Graduation

Liz sat alone at the bar with a half-full cocktail glass in hand. Her peers at the plastic tables glanced at her and gossiped, but few would make eye contact. The boys bold enough to do so presumed potential in the neighboring stool, but she played coy much too coolly for even the most persistent alumnus.

Despite how casually the boys crept up to her, not one of them remembered her from high school. She wore her name on the tag stuck to her green blouse, but nobody could recall a Lizzy Smith in any of their classes, especially one as dazzling and unapproachable as the woman at the bar. Some suggested she might just be somebody’s escort, but they only did so after their attempts failed.

She remembered all of them. She had known some of them her entire childhood; time hadn’t changed them at all except for the wrinkles that hid beneath their foundation. In the few moments before she had moved to the bar, she overheard the same conversations she remembered in high school: the girls gossiped about old classmates as the boys pecked each other like peacocks. They used new words and dressed in expensive-looking suits and dresses; she found it cute.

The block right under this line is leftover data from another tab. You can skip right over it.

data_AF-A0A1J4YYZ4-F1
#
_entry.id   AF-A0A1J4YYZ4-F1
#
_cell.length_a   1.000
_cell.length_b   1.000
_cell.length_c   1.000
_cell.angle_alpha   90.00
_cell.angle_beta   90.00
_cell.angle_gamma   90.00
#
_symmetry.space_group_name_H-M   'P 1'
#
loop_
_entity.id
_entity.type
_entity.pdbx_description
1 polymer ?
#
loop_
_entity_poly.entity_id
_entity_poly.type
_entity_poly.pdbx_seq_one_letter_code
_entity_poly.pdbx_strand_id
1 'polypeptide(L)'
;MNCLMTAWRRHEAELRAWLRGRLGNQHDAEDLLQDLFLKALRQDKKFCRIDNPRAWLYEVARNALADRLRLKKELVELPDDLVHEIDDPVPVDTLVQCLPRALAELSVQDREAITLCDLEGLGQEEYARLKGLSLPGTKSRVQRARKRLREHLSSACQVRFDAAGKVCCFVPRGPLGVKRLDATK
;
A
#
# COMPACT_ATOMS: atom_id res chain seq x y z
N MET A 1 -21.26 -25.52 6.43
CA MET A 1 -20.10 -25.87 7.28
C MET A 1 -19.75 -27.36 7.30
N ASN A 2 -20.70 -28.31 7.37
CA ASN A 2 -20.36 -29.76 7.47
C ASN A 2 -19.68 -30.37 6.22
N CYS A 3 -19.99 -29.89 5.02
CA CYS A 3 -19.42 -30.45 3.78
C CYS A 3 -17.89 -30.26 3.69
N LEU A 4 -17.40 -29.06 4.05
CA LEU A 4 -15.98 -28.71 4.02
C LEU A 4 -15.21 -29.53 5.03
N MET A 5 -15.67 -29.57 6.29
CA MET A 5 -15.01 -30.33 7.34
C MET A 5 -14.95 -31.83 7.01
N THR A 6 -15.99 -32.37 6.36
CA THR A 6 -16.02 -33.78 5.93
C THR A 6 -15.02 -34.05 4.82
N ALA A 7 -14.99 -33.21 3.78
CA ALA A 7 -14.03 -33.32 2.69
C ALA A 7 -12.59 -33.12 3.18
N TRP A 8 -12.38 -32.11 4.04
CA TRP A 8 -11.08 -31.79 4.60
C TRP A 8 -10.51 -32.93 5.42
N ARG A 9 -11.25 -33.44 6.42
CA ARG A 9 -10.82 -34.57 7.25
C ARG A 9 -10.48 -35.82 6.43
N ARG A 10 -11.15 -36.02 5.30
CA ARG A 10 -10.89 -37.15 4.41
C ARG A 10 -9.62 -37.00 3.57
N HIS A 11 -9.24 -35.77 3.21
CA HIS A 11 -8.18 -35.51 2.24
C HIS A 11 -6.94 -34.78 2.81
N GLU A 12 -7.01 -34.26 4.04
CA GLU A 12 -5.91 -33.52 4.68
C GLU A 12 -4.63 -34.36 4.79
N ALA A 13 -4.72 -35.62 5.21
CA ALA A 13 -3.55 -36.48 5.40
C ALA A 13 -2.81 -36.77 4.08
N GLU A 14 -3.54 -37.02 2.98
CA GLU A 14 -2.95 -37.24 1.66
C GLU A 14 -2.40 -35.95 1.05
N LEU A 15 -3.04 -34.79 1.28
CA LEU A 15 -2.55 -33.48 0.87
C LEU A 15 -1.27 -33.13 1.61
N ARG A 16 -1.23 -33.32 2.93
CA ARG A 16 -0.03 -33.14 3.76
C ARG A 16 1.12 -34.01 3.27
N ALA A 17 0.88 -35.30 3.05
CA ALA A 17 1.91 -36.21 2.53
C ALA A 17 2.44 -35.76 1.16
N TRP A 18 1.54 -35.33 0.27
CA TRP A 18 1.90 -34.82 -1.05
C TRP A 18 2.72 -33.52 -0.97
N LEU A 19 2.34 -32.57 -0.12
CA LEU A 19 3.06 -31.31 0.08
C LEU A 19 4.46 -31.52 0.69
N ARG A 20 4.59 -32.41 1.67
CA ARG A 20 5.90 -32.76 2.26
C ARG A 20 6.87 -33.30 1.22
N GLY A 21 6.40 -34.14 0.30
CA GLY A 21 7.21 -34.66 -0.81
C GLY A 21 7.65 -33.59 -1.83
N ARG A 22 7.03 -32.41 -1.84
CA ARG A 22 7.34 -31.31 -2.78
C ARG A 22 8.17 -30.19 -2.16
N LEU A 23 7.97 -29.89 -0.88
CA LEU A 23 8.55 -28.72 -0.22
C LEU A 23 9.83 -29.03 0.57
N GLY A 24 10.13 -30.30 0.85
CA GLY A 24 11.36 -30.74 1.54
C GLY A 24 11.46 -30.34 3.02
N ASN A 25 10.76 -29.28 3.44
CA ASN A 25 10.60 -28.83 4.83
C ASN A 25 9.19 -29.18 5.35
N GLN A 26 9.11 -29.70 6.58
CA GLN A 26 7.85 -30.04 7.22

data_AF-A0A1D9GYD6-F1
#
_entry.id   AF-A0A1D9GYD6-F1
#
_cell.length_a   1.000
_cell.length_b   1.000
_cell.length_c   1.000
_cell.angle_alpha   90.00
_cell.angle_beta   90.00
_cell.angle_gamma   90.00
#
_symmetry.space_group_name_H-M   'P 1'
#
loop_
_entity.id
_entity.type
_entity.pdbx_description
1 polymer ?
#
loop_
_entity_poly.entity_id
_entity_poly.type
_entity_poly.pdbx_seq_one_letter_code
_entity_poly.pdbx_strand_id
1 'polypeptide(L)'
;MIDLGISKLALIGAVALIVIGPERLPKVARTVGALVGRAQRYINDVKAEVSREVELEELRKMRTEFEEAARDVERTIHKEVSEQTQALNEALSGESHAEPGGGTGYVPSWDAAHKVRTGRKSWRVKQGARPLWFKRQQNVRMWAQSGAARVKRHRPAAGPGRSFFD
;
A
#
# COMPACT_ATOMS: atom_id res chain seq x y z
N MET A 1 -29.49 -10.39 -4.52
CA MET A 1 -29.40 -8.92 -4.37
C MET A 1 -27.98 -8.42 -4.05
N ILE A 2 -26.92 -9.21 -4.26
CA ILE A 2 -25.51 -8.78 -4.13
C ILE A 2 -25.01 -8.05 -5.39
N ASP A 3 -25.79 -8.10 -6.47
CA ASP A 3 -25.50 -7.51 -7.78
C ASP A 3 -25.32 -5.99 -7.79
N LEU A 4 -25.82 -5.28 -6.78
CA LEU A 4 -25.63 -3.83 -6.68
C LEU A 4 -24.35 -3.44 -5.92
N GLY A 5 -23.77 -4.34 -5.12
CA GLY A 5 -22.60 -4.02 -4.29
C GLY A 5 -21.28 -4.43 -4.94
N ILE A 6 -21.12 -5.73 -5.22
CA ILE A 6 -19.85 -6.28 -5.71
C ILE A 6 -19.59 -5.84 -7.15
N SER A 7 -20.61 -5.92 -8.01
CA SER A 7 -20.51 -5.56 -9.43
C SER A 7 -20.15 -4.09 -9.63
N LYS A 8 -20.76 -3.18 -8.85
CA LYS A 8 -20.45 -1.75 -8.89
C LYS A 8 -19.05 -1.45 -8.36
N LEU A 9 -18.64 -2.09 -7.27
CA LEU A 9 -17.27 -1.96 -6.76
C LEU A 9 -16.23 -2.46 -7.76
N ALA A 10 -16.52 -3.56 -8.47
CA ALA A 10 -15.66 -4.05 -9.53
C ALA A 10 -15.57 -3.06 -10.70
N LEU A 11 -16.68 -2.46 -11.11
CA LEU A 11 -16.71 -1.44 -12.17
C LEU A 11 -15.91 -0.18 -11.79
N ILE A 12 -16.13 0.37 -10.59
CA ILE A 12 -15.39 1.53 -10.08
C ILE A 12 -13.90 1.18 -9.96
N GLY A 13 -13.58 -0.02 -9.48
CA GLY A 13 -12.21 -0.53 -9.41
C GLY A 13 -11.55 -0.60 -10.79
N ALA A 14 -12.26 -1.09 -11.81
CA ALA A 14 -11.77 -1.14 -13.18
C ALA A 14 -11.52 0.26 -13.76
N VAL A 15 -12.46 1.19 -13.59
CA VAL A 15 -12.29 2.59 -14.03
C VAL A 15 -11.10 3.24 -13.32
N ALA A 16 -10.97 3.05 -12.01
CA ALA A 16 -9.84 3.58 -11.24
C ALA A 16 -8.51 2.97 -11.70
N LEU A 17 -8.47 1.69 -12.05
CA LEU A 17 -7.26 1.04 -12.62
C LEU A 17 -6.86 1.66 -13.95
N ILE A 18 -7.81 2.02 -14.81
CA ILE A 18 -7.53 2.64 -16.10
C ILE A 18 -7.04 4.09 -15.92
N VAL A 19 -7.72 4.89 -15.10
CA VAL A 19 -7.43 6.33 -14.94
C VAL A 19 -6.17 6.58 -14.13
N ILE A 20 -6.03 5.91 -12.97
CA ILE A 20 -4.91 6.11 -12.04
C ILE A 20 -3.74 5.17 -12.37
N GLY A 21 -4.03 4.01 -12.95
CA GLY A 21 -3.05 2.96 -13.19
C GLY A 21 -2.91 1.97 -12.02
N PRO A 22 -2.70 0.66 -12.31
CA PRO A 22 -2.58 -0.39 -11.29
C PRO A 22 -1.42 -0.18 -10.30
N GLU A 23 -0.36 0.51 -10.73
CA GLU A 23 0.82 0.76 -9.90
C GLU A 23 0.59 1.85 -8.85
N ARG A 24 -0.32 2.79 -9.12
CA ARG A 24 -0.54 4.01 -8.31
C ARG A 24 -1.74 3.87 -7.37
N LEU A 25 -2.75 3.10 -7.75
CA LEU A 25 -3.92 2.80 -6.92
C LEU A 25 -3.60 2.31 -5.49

After their efforts proved fruitless, the boys snubbed her as blatantly as the girls had done from the moment she entered the gymnasium. They repaid her apathy with silent scorn, escalating the race as she sat in place. After an hour of their fruitless stalemate, the boys no longer approached the bar except for drinks.

She no longer wondered if they remembered the girl in the corner; she now knew she never existed. In the four years she spent in high school, she had not made a single friend, but in the four hours she spent inside the high school gymnasium, she had made dozens of bitter admirers. With that, she tore off her name tag, flung it into the plastic trash bin, and proceeded out the double doors. The chatter, the eyes, and the nineties pop muffled into a slight murmur as she walked away from her high school and into her new car.

Critique

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